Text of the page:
President Barack Obama and other Democrats have been applauding Warren Buffett for once again stirring up the debate over taxes.
In an op-ed column in the New York Times on Monday, the self-righteous, falsely modest Omaha multi-billionaire called for a higher tax rate for those making more than $1 million a year and an even higher rate for those making more than $10 million —a mere 8,274 people in 2009.
“While the poor and middle class fight for us in Afghanistan, and while most Americans struggle to make ends meet, we mega-rich continue to get our extraordinary tax breaks,” Buffett wrote, noting that he paid a much lower percentage of his income in taxes than than any of the other 20 people in his office.
However, Buffett’s immodest proposal does not sit well with some of the wealthiest people in our society — successful hedge fund managers.
Every one of the handful of billionaire hedge fund managers I contacted railed at Buffett’s proposal, calling it self-serving.
All of the managers — none of whom agreed to be quoted by name, of course — criticise Buffett for not calling for a hike in the one area that would affect him the most: the long-term capital gains rate, which is currently just 15 per cent.
They are all very quick to point out that most of Buffett’s profits over the years have come from long-term capital gains. He’s been known to hold some positions for decades.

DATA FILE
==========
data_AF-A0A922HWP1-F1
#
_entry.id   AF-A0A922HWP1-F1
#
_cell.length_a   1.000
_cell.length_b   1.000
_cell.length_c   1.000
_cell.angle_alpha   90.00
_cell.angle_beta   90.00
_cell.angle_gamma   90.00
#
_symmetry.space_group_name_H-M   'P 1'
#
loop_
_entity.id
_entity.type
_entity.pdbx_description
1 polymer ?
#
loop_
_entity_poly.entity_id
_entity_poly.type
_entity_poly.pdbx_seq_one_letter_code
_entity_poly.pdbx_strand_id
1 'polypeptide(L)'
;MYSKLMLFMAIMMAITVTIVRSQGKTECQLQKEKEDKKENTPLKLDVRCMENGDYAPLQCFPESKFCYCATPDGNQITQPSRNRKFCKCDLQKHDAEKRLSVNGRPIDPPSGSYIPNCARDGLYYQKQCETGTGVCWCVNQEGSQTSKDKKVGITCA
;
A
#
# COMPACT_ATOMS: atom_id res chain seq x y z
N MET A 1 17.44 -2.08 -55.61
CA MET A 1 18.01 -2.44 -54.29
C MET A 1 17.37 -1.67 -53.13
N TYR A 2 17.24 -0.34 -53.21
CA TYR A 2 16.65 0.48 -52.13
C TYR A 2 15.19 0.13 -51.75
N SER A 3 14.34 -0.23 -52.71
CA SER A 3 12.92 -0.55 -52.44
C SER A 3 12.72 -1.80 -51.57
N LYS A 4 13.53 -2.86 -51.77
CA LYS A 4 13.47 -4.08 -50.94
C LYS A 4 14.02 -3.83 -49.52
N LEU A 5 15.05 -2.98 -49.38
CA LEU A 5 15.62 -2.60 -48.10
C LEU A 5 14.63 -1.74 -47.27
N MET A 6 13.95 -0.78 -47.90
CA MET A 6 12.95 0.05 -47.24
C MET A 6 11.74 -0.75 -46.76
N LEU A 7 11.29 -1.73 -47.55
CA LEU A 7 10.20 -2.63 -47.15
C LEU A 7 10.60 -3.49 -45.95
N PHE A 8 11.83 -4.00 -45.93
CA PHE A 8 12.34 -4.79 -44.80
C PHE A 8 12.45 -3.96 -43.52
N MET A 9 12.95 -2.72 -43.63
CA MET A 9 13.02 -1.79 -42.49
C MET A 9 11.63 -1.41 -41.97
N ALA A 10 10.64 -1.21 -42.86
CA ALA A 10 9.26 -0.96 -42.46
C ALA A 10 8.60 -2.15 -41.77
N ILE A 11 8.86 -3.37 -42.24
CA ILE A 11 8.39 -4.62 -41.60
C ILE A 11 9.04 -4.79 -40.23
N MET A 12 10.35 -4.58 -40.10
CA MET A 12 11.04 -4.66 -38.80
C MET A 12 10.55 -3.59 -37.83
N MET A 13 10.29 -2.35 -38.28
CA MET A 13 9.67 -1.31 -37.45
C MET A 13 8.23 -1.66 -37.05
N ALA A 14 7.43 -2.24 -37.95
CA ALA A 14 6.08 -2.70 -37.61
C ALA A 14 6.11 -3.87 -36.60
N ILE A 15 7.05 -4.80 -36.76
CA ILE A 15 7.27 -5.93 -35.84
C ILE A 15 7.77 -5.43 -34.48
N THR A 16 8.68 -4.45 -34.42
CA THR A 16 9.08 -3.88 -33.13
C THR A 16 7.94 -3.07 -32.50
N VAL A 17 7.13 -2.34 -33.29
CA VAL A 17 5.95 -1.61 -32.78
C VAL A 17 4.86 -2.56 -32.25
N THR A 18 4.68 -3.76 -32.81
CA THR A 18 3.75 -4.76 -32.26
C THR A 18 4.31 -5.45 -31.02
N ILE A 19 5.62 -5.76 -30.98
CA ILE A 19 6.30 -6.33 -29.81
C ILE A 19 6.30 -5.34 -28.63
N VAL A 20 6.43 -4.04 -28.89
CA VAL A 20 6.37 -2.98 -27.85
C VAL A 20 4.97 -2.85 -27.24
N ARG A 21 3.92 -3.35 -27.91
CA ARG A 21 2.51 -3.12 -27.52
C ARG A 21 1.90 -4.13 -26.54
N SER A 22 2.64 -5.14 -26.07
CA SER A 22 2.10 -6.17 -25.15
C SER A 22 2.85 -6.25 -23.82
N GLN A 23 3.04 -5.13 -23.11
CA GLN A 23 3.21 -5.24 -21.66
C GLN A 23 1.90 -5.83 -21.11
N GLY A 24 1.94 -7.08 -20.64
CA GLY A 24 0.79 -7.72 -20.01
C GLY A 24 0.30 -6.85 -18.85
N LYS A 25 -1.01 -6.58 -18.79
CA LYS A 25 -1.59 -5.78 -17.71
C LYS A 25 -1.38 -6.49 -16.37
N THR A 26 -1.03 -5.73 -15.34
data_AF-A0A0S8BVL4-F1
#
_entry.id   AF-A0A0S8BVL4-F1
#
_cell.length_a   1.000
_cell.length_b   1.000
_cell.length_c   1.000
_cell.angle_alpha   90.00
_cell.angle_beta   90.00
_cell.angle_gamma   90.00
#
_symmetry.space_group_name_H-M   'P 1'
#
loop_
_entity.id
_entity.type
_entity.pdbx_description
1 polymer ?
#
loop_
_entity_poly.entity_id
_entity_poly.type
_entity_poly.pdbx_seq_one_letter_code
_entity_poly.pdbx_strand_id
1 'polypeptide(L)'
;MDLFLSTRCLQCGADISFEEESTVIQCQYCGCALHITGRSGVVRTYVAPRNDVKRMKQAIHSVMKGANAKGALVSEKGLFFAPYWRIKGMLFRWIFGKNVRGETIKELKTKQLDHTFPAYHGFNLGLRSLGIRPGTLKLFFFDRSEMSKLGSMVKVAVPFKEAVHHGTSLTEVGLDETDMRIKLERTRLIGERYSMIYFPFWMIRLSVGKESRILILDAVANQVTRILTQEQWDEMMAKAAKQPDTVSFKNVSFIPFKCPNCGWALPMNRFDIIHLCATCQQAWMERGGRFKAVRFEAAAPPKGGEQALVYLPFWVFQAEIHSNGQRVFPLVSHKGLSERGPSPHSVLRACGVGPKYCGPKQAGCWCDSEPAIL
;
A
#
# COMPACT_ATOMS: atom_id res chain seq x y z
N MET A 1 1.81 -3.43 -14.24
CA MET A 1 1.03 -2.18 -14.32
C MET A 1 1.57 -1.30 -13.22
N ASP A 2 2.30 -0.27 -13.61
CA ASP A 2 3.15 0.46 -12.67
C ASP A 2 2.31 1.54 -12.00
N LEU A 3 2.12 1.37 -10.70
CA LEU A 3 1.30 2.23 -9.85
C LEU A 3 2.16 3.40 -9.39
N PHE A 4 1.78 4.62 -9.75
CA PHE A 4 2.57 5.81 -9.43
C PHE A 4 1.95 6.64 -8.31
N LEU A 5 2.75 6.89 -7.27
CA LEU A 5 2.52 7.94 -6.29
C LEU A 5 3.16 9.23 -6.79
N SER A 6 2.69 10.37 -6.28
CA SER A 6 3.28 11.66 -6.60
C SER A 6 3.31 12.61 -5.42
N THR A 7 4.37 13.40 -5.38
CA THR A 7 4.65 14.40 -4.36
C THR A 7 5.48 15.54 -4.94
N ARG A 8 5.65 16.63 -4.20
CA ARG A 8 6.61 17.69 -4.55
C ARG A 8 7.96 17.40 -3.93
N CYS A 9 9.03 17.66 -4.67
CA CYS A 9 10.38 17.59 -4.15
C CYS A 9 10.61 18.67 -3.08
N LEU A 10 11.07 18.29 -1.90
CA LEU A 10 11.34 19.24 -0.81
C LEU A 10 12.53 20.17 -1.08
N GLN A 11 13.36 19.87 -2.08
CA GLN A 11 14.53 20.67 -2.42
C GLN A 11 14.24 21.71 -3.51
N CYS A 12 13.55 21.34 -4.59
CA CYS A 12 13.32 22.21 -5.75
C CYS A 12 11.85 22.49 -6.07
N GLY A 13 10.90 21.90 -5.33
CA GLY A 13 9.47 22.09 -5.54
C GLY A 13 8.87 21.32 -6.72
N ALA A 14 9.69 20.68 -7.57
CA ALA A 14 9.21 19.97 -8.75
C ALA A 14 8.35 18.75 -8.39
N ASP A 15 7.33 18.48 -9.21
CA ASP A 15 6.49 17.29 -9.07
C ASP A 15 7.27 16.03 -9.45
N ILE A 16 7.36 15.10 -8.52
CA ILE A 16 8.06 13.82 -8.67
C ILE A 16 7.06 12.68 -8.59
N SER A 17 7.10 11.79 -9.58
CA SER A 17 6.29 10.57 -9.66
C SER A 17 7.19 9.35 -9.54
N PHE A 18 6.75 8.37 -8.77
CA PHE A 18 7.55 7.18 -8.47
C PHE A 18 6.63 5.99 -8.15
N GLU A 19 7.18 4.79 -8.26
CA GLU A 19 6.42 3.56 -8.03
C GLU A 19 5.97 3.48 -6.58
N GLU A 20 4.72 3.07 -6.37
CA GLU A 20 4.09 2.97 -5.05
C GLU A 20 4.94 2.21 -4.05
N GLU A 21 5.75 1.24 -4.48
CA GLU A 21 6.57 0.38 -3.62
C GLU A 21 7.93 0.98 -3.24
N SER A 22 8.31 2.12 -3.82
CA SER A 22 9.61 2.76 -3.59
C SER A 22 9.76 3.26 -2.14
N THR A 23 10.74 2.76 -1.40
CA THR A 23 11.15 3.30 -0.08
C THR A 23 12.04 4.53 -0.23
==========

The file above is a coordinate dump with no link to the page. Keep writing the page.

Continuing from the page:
“He’s a total BS guy,” says one. “He never pays tax because he never sells.” The manager notes that Buffett has agreed to leave his entire fortune to his foundation when he dies; this will result in no estate taxes being paid. “He’s not even charitable to our country,” the manager adds.
“When Buffett hits himself, it will add credibility,” scoffs another well-known hedge fund manager.
In the column, Buffett said his proposal includes “of course, dividends and capital gains.” But he was only referring to calculating total earnings to meet his threshold for paying higher taxes, not to the rate itself.
Most hedge fund managers are not opposed to paying more in taxes. Sure, one of them asserts he does not use public roads more than lower-income people and perhaps used less of the services provided by the schools he attended.
But others quickly concede that they should pay additional taxes. “Carried interest is a joke,” stresses one prominent hedgie, referring to the low rate at which earnings at hedge funds and private equity funds are taxed. “It’s a loophole.”
He is all for raising the rate on carried interest and paying more in personal taxes. But, like most other hedge fund managers, he would only support these so-called revenue-related measures in concert with other changes, such as getting rid of certain tax deductions for individuals and corporations.
One manager would like to see the 50 per cent or so of the country that doesn’t currently pay income taxes shell out something. “I have no problem paying more,” he tells me.
Omega Advisors founder Leon Cooperman has gone on record supporting a 10 per cent surtax for three years on individuals earning more than $500,000 per year.
Perhaps investment holdings should be taxed after 10 years, regardless of whether they’re sold, says one hedge fund manager.
A prominent long-short manager says he would welcome paying more in taxes provided it was part of a comprehensive package of changes that included cutting defence spending, raising the retirement age for Social Security and changing immigration policy. He adds, “I have no problem paying more if it is not going down a rat hole.”